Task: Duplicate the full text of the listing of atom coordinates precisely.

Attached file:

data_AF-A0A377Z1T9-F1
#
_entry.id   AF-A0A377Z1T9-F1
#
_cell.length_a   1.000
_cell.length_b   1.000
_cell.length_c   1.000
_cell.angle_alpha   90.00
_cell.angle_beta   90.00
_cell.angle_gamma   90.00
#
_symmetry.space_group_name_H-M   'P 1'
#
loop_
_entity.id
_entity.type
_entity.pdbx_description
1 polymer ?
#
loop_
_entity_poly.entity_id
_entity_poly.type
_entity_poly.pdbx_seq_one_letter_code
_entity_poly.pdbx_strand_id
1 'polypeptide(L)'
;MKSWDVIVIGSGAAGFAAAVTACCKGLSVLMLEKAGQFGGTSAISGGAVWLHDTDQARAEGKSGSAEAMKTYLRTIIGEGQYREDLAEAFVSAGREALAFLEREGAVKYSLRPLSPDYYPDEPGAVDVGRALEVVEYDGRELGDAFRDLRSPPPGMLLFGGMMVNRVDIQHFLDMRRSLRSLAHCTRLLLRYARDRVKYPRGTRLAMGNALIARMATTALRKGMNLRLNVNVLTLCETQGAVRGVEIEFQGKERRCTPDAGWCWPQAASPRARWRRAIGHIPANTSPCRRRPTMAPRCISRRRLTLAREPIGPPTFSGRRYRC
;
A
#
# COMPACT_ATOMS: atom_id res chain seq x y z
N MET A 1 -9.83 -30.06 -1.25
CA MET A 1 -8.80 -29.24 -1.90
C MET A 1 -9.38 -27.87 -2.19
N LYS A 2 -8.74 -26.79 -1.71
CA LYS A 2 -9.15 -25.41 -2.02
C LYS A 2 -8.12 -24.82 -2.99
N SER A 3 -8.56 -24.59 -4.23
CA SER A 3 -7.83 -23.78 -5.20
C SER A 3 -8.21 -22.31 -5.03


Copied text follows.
data_AF-A0A377Z1T9-F1
#
_entry.id   AF-A0A377Z1T9-F1
#
_cell.length_a   1.000
_cell.length_b   1.000
_cell.length_c   1.000
_cell.angle_alpha   90.00
_cell.angle_beta   90.00
_cell.angle_gamma   90.00
#
_symmetry.space_group_name_H-M   'P 1'
#
loop_
_entity.id
_entity.type
_entity.pdbx_description
1 polymer ?
#
loop_
_entity_poly.entity_id
_entity_poly.type
_entity_poly.pdbx_seq_one_letter_code
_entity_poly.pdbx_strand_id
1 'polypeptide(L)'
;MKSWDVIVIGSGAAGFAAAVTACCKGLSVLMLEKAGQFGGTSAISGGAVWLHDTDQARAEGKSGSAEAMKTYLRTIIGEGQYREDLAEAFVSAGREALAFLEREGAVKYSLRPLSPDYYPDEPGAVDVGRALEVVEYDGRELGDAFRDLRSPPPGMLLFGGMMVNRVDIQHFLDMRRSLRSLAHCTRLLLRYARDRVKYPRGTRLAMGNALIARMATTALRKGMNLRLNVNVLTLCETQGAVRGVEIEFQGKERRCTPDAGWCWPQAASPRARWRRAIGHIPANTSPCRRRPTMAPRCISRRRLTLAREPIGPPTFSGRRYRC
;
A
#
# COMPACT_ATOMS: atom_id res chain seq x y z
N MET A 1 -9.83 -30.06 -1.25
CA MET A 1 -8.80 -29.24 -1.90
C MET A 1 -9.38 -27.87 -2.19
N LYS A 2 -8.74 -26.79 -1.71
CA LYS A 2 -9.15 -25.41 -2.02
C LYS A 2 -8.12 -24.82 -2.99
N SER A 3 -8.56 -24.59 -4.23
CA SER A 3 -7.83 -23.78 -5.20
C SER A 3 -8.21 -22.31 -5.03